Wednesday, September 5, 2012
BIN LADEN RAID BOOK CRITICIZED BY THE PENTAGON
A former Navy SEAL's insider account of the raid that killed Osama bin Laden contains classified information, the Pentagon said Tuesday, and the admiral who heads the Naval Special Warfare Command said details in the book may provide enemies with dangerous insight into secretive U.S. operations.
Rear Adm. Sean Pybus told his force Tuesday that "hawking details about a mission" and selling other information about SEAL training and operations puts the force and their families at risk.
"For an elite force that should be humble and disciplined for life, we are certainly not appearing to be so," Pybus wrote in a letter to the roughly 8,000 troops under his command. "We owe our chain of command much better than this."
At the Pentagon, press secretary George Little said that an official review of the book, "No Easy Day," determined that it reveals what he called "sensitive and classified" information. He was not more specific but said the author was required to submit the book to the Pentagon before publication for a formal review of potential disclosures of such information.
"When you have special operations units that perform these missions, there are tactics, techniques, and procedures, not to mention human life, that are in play," Little said. "And it is the height of irresponsibility not to have this kind of material checked for the possible disclosure of classified information."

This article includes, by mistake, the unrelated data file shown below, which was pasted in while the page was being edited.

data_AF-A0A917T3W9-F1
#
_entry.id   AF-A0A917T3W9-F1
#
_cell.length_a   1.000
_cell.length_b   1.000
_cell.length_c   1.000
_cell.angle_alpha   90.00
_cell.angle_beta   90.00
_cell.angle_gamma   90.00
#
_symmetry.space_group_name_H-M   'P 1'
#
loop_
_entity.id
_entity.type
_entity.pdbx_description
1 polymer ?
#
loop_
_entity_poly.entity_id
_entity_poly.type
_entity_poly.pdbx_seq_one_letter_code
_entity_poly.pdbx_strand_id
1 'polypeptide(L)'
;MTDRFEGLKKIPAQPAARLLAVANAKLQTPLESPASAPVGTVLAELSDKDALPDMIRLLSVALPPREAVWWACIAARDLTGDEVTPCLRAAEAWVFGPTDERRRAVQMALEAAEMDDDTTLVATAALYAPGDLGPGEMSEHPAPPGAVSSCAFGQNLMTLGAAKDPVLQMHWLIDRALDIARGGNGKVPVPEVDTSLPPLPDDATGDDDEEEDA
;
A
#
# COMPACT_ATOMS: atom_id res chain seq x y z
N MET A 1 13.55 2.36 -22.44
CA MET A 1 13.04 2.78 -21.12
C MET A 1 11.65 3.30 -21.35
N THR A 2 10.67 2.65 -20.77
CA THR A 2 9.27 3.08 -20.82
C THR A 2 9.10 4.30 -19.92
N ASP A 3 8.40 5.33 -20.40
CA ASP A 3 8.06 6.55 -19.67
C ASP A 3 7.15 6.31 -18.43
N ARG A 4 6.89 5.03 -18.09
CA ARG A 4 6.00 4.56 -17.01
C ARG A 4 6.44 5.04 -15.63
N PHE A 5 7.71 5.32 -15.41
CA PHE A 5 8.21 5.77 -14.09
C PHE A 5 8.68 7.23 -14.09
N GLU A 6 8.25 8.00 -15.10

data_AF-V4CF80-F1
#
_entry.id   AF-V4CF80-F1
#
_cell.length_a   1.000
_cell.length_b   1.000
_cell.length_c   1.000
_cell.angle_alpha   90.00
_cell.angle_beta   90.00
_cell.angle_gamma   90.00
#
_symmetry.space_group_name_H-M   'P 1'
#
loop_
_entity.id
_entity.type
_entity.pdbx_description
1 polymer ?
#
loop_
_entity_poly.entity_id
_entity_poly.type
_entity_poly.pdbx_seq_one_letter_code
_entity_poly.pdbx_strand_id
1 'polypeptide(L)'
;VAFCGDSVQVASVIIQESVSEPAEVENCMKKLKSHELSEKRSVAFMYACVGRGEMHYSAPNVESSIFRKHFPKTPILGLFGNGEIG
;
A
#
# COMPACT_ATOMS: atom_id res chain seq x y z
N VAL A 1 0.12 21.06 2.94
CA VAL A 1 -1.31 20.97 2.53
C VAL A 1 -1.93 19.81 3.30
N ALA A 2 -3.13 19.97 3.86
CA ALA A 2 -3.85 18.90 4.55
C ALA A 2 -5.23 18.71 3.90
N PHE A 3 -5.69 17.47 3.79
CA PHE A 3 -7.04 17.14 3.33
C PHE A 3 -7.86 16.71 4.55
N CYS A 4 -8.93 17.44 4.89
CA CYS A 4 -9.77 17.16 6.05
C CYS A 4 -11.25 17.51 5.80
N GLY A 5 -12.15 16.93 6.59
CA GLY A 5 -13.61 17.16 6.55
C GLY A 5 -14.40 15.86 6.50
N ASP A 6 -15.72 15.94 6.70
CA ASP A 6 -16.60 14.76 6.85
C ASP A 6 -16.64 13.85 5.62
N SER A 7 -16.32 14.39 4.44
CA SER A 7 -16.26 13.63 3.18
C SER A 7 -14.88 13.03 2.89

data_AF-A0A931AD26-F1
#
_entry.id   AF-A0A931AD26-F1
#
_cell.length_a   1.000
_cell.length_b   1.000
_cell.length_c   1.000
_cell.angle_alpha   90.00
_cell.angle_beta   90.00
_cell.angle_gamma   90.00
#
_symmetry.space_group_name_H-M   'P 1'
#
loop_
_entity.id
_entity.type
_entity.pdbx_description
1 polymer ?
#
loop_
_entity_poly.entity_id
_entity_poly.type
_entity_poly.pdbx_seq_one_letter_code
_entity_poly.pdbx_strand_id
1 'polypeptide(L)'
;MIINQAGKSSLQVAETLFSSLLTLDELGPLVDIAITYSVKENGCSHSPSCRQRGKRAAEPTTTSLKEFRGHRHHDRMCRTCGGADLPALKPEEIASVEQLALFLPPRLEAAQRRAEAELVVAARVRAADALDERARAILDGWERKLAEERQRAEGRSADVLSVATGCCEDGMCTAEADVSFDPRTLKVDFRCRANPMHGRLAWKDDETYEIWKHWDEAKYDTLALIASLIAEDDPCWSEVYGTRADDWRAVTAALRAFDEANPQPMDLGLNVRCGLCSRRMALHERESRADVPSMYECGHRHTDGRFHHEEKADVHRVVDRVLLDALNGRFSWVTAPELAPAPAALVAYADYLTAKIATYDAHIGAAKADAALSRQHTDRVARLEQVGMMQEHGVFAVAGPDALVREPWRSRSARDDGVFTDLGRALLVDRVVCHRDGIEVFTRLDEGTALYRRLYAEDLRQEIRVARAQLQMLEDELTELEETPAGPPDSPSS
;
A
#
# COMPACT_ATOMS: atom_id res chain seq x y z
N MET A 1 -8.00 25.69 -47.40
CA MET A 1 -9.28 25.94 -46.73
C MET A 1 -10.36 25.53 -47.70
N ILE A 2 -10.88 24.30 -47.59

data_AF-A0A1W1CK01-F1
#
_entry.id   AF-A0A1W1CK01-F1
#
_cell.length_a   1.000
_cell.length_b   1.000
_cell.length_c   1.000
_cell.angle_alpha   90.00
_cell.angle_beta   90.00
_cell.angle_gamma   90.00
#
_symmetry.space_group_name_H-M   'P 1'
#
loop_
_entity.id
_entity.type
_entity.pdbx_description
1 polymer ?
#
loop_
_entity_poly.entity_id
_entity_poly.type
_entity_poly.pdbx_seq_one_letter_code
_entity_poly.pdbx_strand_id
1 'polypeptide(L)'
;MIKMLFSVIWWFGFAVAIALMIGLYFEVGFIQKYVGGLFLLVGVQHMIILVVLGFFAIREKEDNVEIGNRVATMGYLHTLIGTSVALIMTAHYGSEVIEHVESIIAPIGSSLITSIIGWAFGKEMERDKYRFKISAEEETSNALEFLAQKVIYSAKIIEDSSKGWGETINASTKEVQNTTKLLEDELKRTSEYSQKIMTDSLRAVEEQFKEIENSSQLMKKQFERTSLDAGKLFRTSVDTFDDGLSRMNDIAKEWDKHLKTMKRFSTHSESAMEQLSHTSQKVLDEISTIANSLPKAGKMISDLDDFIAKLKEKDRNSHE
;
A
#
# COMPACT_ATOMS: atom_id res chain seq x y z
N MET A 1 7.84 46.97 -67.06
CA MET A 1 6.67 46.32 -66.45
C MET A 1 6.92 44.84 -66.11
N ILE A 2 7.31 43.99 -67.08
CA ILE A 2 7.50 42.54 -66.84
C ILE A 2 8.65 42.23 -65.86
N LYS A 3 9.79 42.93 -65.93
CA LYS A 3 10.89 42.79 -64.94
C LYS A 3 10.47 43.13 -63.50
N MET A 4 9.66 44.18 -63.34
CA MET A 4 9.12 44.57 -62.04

Pybus, in his letter, was more direct, saying that, "We must immediately reconsider how we properly influence our people in and out of uniform NOT to seek inappropriate monetary, political, or celebrity profit from their service" with the SEALS.
Last week, Adm. William McRaven, head of U.S. Special Operations Command, warned his troops that he would take legal action against anyone found to have exposed sensitive information that could cause fellow forces harm.
A lawyer for author Matt Bissonnette, who wrote under the pseudonym Mark Owen, has disputed that he was legally obliged to have the book screened before publication.
Little would not say what damage may result from the book's revelations and he declined to point to any specific portions of the book that contain material that would be considered a violation and a release of classified information.
The book, which was published by Dutton, an imprint of Penguin Group (USA), was No. 1 on Amazon's best seller list Tuesday, which was its official release day.